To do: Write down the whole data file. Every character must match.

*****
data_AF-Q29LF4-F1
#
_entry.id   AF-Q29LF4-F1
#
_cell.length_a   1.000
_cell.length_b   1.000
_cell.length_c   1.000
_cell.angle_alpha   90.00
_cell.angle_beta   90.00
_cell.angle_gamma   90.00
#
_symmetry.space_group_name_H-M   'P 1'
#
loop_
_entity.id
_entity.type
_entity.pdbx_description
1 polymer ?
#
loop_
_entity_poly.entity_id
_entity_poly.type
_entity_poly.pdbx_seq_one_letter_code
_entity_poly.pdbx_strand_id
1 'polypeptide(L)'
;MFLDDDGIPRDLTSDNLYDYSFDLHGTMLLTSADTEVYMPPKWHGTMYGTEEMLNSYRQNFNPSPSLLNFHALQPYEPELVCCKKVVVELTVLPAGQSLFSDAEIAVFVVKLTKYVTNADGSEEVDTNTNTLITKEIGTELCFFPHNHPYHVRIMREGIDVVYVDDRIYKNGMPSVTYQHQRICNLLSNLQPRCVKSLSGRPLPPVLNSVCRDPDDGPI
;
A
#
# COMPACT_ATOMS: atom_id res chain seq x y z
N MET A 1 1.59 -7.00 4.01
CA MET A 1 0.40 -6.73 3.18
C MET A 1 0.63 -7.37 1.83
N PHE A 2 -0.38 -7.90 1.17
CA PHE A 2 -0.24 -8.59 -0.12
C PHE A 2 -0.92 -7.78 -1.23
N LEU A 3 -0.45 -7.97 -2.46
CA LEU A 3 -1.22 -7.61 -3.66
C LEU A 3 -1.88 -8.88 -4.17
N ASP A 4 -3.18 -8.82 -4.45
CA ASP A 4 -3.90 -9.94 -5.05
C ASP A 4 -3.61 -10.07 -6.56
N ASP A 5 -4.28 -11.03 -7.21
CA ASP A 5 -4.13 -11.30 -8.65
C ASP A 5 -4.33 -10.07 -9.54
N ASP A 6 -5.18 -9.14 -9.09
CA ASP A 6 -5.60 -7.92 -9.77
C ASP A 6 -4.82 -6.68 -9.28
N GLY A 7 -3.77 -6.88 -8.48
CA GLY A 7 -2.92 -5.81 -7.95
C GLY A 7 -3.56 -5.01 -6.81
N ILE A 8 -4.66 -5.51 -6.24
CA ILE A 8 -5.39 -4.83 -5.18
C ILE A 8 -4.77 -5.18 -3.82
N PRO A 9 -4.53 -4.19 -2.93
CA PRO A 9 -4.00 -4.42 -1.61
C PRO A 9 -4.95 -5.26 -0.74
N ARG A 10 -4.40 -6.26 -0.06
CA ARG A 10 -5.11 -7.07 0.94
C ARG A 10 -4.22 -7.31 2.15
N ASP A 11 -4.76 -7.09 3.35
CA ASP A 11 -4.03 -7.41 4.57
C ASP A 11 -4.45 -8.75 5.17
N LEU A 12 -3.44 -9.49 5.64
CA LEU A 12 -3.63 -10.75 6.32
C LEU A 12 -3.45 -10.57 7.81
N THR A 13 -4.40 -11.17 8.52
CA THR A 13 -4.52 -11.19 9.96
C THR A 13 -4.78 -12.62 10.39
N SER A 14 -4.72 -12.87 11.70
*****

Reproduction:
data_AF-Q29LF4-F1
#
_entry.id   AF-Q29LF4-F1
#
_cell.length_a   1.000
_cell.length_b   1.000
_cell.length_c   1.000
_cell.angle_alpha   90.00
_cell.angle_beta   90.00
_cell.angle_gamma   90.00
#
_symmetry.space_group_name_H-M   'P 1'
#
loop_
_entity.id
_entity.type
_entity.pdbx_description
1 polymer ?
#
loop_
_entity_poly.entity_id
_entity_poly.type
_entity_poly.pdbx_seq_one_letter_code
_entity_poly.pdbx_strand_id
1 'polypeptide(L)'
;MFLDDDGIPRDLTSDNLYDYSFDLHGTMLLTSADTEVYMPPKWHGTMYGTEEMLNSYRQNFNPSPSLLNFHALQPYEPELVCCKKVVVELTVLPAGQSLFSDAEIAVFVVKLTKYVTNADGSEEVDTNTNTLITKEIGTELCFFPHNHPYHVRIMREGIDVVYVDDRIYKNGMPSVTYQHQRICNLLSNLQPRCVKSLSGRPLPPVLNSVCRDPDDGPI
;
A
#
# COMPACT_ATOMS: atom_id res chain seq x y z
N MET A 1 1.59 -7.00 4.01
CA MET A 1 0.40 -6.73 3.18
C MET A 1 0.63 -7.37 1.83
N PHE A 2 -0.38 -7.90 1.17
CA PHE A 2 -0.24 -8.59 -0.12
C PHE A 2 -0.92 -7.78 -1.23
N LEU A 3 -0.45 -7.97 -2.46
CA LEU A 3 -1.22 -7.61 -3.66
C LEU A 3 -1.88 -8.88 -4.17
N ASP A 4 -3.18 -8.82 -4.45
CA ASP A 4 -3.90 -9.94 -5.05
C ASP A 4 -3.61 -10.07 -6.56
N ASP A 5 -4.28 -11.03 -7.21
CA ASP A 5 -4.13 -11.30 -8.65
C ASP A 5 -4.33 -10.07 -9.54
N ASP A 6 -5.18 -9.14 -9.09
CA ASP A 6 -5.60 -7.92 -9.77
C ASP A 6 -4.82 -6.68 -9.28
N GLY A 7 -3.77 -6.88 -8.48
CA GLY A 7 -2.92 -5.81 -7.95
C GLY A 7 -3.56 -5.01 -6.81
N ILE A 8 -4.66 -5.51 -6.24
CA ILE A 8 -5.39 -4.83 -5.18
C ILE A 8 -4.77 -5.18 -3.82
N PRO A 9 -4.53 -4.19 -2.93
CA PRO A 9 -4.00 -4.42 -1.61
C PRO A 9 -4.95 -5.26 -0.74
N ARG A 10 -4.40 -6.26 -0.06
CA ARG A 10 -5.11 -7.07 0.94
C ARG A 10 -4.22 -7.31 2.15
N ASP A 11 -4.76 -7.09 3.35
CA ASP A 11 -4.03 -7.41 4.57
C ASP A 11 -4.45 -8.75 5.17
N LEU A 12 -3.44 -9.49 5.64
CA LEU A 12 -3.63 -10.75 6.32
C LEU A 12 -3.45 -10.57 7.81
N THR A 13 -4.40 -11.17 8.52
CA THR A 13 -4.52 -11.19 9.96
C THR A 13 -4.78 -12.62 10.39
N SER A 14 -4.72 -12.87 11.70